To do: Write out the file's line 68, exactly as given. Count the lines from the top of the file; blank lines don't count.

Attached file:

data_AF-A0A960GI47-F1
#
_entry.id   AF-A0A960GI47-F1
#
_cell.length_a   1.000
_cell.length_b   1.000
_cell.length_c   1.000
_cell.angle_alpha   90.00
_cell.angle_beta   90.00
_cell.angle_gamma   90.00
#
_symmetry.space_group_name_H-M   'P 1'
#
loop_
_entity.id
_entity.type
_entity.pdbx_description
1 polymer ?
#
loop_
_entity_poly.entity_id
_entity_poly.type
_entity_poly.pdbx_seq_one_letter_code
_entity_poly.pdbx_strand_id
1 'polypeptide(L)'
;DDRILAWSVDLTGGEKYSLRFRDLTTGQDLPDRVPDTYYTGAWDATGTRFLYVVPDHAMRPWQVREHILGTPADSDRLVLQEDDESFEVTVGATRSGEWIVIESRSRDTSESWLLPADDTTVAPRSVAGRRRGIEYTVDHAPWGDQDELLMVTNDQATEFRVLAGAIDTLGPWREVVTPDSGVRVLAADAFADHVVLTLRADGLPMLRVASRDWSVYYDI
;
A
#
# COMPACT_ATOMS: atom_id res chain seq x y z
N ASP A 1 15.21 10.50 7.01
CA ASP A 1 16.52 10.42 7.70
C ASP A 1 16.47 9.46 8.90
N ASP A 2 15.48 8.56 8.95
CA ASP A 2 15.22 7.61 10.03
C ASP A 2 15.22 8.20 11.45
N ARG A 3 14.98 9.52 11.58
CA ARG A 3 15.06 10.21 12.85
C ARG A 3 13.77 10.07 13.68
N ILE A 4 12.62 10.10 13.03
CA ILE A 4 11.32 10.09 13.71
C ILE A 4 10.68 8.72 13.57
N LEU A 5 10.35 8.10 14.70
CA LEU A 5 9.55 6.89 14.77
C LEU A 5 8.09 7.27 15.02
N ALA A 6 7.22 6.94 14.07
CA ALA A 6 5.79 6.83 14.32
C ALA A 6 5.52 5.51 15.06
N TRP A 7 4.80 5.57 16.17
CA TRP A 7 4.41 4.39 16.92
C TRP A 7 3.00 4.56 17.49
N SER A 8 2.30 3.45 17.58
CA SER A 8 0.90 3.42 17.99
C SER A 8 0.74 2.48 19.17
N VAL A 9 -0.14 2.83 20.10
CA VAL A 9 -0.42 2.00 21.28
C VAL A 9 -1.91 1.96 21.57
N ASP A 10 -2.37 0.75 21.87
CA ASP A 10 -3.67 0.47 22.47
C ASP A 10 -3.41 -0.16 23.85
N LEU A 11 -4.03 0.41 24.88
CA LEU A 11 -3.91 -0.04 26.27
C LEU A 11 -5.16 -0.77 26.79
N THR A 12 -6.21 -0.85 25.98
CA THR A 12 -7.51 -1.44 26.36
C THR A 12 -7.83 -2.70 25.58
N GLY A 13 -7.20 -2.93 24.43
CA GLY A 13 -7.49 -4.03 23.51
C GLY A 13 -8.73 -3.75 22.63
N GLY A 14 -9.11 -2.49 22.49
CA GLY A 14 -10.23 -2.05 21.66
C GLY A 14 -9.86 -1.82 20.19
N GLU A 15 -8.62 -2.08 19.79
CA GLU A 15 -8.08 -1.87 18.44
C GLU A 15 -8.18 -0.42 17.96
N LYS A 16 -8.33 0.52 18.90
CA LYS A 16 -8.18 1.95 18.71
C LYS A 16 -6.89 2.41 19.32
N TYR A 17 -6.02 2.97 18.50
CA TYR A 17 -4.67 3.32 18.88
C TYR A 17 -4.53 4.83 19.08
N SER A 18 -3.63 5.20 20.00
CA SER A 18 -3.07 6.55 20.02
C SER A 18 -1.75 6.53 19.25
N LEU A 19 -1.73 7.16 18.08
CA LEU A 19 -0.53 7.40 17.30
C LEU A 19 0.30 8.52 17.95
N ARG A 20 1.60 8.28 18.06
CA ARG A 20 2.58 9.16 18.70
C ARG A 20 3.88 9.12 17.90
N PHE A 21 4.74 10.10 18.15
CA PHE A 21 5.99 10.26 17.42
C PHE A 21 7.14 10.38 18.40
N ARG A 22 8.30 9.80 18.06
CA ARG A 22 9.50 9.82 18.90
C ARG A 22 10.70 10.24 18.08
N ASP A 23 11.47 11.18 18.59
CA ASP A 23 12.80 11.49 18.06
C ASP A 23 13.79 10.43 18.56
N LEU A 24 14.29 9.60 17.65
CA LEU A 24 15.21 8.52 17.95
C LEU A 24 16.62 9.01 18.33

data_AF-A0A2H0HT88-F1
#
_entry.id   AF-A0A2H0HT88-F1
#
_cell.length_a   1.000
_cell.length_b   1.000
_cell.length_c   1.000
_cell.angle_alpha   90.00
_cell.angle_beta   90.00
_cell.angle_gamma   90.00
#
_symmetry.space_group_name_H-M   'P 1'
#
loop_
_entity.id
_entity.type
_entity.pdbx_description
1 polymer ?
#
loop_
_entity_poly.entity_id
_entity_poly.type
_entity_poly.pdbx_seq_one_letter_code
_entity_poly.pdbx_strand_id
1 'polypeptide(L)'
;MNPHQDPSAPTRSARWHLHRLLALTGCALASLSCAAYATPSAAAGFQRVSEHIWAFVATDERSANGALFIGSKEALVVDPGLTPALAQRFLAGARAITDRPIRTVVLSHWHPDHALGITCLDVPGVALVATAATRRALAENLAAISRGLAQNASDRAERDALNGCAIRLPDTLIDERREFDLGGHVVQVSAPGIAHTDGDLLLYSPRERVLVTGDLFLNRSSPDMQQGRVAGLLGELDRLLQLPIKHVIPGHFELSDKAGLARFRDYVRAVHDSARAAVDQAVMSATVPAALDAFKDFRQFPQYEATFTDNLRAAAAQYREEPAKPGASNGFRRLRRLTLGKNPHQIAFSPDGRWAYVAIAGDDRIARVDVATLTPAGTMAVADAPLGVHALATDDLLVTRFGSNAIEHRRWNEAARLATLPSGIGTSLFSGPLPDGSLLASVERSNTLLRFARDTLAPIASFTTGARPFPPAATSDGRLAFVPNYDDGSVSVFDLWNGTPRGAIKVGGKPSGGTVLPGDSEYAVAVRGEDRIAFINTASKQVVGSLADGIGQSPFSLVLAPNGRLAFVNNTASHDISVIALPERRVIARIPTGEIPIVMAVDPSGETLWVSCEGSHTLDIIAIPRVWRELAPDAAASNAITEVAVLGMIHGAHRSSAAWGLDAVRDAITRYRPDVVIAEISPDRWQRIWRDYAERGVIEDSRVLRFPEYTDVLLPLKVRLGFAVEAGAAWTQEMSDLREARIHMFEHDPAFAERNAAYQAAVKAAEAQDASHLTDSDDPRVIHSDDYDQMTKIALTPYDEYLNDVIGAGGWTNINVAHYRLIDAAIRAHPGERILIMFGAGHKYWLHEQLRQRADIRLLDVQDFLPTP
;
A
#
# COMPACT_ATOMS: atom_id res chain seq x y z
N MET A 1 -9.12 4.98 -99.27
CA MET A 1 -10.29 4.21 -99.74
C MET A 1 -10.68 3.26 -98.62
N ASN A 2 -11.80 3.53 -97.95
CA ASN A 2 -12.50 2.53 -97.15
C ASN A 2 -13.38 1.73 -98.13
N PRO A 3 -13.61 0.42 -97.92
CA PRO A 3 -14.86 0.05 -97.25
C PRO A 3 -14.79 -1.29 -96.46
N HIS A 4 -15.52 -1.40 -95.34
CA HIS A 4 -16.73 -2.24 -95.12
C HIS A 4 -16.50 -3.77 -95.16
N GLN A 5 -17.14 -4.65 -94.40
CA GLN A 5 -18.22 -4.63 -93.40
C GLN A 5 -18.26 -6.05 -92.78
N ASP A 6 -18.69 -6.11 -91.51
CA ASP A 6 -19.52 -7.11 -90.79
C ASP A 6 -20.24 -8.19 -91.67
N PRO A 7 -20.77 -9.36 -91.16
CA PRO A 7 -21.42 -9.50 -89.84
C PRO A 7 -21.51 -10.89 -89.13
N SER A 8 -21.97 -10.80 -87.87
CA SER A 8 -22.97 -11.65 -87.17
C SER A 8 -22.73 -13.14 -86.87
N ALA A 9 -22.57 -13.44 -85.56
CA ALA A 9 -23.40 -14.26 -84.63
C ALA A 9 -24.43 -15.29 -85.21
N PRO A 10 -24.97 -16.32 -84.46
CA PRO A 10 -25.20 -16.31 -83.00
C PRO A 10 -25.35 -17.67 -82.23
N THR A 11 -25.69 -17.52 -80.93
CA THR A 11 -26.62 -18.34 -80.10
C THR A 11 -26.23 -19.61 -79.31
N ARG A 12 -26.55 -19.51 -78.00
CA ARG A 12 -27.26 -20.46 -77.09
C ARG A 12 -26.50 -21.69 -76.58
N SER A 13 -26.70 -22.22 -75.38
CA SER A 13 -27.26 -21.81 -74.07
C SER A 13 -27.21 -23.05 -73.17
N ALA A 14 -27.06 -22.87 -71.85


CA GLY A 13 -7.49 -4.03 23.51